Poetry, Prose and the Prophetic Re-Imagining of Alternative Possibilities
OK... I'm back... My lack of blog output over recent months was partly by design (taking a break) and circumstances (requiring the prioritisation of other things in the real world). However, I'm back on the beat again, and fully intend getting back on the blog.
Those who are fortunate enough to be my friends on facebook or followers (makes me sound like some sort of guru) on twitter (which I still don't really understand), will probably have noticed the unending stream of complete rubbish that I have been reading over the summer. Generally on holiday I go for a blend of trash fiction, usually of the historical or detective-type, some biography and a bit of history with a single theological book thrown in there to allow me to keep my mind from going totally flabby.
Well this summer my theological work-out was Walter Brueggemann's "The Prophetic Imagination" a book which I first read 20 years ago as part of a 3rd year theology degree "Prophecy and Apocalyptic" reading list. At that time it wasn't much help as the issues Brueggemann covers are much bigger than those that could easily be addressed in a 30 minute essay question in an exam. The note on the back cover of this book suggests that Brueggeman writes in a “popular, conversational style” but there are not many conversations I have had that are as profound as the ideas discussed in this book… and indeed I would argue that Brueggemann’s prose has a poetic tone to it, reflecting the nature of the prophetic texts that he wrestles with in this brief but important book.
He originally wrote this over 30 years ago, building his thesis on an academically rigorous, textual criticism approach to scripture, whilst still retaining a practical/pastoral emphasis – indeed this book in itself is a prophetic work, but sadly, as with most prophets, those at the heart of the prevailing culture of the western church have ignored his words.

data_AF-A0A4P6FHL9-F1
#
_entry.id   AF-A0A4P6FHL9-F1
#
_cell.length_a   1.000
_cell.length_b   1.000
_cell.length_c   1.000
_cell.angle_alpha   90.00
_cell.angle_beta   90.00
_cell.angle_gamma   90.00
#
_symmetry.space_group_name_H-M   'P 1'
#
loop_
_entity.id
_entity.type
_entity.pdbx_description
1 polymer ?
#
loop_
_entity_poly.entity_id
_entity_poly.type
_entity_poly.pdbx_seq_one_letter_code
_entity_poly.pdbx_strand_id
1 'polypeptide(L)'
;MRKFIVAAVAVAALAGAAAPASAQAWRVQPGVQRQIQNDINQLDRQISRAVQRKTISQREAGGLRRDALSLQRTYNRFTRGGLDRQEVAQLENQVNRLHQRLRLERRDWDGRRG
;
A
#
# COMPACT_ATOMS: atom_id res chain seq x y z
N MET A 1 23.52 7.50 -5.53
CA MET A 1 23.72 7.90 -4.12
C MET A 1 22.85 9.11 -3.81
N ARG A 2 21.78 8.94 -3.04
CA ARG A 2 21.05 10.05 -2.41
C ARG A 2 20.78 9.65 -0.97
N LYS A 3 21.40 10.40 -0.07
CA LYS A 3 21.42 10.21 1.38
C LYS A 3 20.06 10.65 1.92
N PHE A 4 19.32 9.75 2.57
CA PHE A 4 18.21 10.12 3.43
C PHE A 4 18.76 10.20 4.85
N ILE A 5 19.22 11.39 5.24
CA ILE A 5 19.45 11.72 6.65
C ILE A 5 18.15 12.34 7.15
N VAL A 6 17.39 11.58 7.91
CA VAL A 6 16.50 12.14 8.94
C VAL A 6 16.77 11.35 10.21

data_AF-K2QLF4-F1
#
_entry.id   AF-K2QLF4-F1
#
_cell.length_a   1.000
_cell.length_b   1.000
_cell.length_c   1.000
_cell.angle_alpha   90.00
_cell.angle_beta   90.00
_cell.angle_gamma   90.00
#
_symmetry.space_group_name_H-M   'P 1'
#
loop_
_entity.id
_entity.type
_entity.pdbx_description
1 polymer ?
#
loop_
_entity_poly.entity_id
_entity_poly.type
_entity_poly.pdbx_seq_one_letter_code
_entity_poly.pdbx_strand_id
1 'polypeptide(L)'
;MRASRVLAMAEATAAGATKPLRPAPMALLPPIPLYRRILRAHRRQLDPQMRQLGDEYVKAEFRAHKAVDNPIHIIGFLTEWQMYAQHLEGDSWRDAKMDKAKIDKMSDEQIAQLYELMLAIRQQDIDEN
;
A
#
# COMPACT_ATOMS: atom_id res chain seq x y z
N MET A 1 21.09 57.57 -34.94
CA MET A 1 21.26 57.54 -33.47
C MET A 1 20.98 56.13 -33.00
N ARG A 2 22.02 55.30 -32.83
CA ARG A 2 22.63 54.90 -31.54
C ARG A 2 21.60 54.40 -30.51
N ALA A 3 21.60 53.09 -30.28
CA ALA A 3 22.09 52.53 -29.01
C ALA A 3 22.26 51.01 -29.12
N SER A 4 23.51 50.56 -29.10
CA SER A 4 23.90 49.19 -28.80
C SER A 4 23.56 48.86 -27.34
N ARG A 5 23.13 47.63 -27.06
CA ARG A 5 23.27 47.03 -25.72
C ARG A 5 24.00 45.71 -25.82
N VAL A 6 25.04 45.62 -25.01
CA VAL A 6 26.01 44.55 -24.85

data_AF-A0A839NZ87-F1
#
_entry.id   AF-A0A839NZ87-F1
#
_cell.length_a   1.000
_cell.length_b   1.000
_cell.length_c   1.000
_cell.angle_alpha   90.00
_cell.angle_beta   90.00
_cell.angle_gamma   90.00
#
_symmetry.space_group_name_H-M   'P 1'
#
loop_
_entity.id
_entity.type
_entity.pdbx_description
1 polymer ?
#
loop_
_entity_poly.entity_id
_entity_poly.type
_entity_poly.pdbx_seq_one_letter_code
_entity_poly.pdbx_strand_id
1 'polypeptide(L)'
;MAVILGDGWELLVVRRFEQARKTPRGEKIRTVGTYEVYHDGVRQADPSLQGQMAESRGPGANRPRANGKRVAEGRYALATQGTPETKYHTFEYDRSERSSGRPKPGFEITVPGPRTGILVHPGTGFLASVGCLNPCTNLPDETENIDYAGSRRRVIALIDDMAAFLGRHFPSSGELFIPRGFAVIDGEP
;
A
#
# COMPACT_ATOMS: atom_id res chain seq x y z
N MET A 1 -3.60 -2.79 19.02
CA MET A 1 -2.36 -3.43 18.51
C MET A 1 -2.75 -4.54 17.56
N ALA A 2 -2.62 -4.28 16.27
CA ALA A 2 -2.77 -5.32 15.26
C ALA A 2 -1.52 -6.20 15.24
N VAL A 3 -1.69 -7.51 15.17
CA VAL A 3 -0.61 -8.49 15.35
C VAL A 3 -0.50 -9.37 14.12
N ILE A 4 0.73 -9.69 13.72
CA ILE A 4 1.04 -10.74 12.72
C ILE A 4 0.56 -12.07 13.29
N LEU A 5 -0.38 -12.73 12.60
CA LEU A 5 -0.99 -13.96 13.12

My excuse for missing what he was saying 20 years ago was that I was so interested in the minutiae of the prophetic texts that I didn't really see the broader landscape they were describing. Nor was I fully aware that the terrain described by the prophets in the years before Christ, still describes the world in which people live today and in which I was being trained to pastor.
He speaks of a dual calling: to criticise and to energise:
- Critiquing the Royal Consciousness which is based upon the politics of power and coercion. and giving voice to the voiceless - grieving for those who are crushed under the wheels of progress and find themselves buried beneath the pyramids of power and
- Creating an Alternative (or Covenant) Consciousness of mutual, sacrificial service, rather than one where the poor and marginalised are made into sacrificial lambs, or even scapegoats, for the benefit of those further up the greasy pole; a new order where the church is freed from the compromises that the exercise of earthly political power involves in any age.